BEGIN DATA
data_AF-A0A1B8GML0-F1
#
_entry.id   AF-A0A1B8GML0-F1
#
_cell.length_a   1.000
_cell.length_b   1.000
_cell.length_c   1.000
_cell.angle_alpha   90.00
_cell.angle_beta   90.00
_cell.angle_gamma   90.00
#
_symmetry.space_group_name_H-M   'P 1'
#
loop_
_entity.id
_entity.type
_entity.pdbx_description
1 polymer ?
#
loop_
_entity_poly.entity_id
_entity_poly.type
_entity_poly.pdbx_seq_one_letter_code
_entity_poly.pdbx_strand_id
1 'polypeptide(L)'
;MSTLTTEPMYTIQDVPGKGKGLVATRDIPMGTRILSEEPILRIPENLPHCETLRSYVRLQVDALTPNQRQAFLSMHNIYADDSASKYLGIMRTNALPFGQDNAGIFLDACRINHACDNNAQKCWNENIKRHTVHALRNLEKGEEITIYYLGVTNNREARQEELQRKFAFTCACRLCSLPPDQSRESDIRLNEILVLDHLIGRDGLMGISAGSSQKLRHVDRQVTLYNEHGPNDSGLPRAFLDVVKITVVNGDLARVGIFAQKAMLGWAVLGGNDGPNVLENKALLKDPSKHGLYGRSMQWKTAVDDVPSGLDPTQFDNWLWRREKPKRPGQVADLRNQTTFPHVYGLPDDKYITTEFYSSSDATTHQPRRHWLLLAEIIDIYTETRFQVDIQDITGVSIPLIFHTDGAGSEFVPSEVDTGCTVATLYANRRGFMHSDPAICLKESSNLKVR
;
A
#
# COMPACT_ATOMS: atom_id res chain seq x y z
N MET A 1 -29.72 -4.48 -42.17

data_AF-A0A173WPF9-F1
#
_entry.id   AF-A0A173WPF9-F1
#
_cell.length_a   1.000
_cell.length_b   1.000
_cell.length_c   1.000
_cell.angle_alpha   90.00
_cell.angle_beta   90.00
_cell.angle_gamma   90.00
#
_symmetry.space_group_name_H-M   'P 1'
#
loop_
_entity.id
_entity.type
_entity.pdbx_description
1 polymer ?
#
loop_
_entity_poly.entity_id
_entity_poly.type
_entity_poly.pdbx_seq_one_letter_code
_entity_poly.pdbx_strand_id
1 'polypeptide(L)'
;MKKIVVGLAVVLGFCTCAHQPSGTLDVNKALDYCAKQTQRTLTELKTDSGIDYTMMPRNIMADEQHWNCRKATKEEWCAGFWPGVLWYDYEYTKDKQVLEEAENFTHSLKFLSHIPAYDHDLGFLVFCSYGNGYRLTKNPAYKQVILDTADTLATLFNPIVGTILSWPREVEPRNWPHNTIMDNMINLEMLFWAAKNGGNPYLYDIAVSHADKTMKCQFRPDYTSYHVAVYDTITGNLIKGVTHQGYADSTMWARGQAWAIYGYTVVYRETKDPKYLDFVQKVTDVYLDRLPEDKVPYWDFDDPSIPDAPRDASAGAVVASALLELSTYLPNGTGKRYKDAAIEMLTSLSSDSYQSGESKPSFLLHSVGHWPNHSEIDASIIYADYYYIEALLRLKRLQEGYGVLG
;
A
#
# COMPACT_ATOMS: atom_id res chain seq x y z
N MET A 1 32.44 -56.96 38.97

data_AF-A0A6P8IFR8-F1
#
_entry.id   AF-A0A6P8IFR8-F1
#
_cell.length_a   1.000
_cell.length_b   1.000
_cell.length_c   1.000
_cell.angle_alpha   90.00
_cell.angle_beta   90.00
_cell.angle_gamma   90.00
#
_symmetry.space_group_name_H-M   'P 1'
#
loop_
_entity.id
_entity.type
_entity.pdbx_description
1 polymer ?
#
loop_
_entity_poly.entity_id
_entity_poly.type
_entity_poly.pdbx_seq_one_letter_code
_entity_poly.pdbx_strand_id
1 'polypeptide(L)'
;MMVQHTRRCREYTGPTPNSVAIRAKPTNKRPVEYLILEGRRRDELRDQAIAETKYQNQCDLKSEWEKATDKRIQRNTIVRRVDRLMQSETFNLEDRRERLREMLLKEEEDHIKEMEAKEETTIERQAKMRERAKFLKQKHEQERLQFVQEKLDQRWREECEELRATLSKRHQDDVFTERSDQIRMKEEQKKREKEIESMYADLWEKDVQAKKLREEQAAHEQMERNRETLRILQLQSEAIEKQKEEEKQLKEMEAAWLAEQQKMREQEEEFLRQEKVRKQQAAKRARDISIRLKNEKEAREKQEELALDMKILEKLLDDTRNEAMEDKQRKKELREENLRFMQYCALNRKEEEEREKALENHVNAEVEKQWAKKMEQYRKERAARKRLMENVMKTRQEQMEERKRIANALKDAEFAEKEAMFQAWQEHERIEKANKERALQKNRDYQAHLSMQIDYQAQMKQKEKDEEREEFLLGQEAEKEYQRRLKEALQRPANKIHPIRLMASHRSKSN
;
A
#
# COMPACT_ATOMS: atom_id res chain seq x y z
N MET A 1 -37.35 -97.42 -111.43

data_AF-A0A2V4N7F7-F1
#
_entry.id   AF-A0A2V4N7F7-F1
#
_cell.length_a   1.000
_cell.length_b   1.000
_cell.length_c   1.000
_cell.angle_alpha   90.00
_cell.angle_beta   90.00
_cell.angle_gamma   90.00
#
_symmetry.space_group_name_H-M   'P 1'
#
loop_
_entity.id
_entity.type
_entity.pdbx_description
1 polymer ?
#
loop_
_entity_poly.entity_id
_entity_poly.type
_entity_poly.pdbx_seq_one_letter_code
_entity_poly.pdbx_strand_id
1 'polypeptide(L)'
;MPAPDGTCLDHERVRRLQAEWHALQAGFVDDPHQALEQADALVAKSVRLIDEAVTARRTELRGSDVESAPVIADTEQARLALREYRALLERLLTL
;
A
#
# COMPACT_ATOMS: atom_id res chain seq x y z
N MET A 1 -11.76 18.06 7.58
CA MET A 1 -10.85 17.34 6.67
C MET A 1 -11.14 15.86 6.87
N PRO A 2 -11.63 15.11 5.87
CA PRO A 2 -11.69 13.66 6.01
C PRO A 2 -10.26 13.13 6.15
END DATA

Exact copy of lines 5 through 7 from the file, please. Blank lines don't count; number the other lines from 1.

_cell.length_a   1.000
_cell.length_b   1.000
_cell.length_c   1.000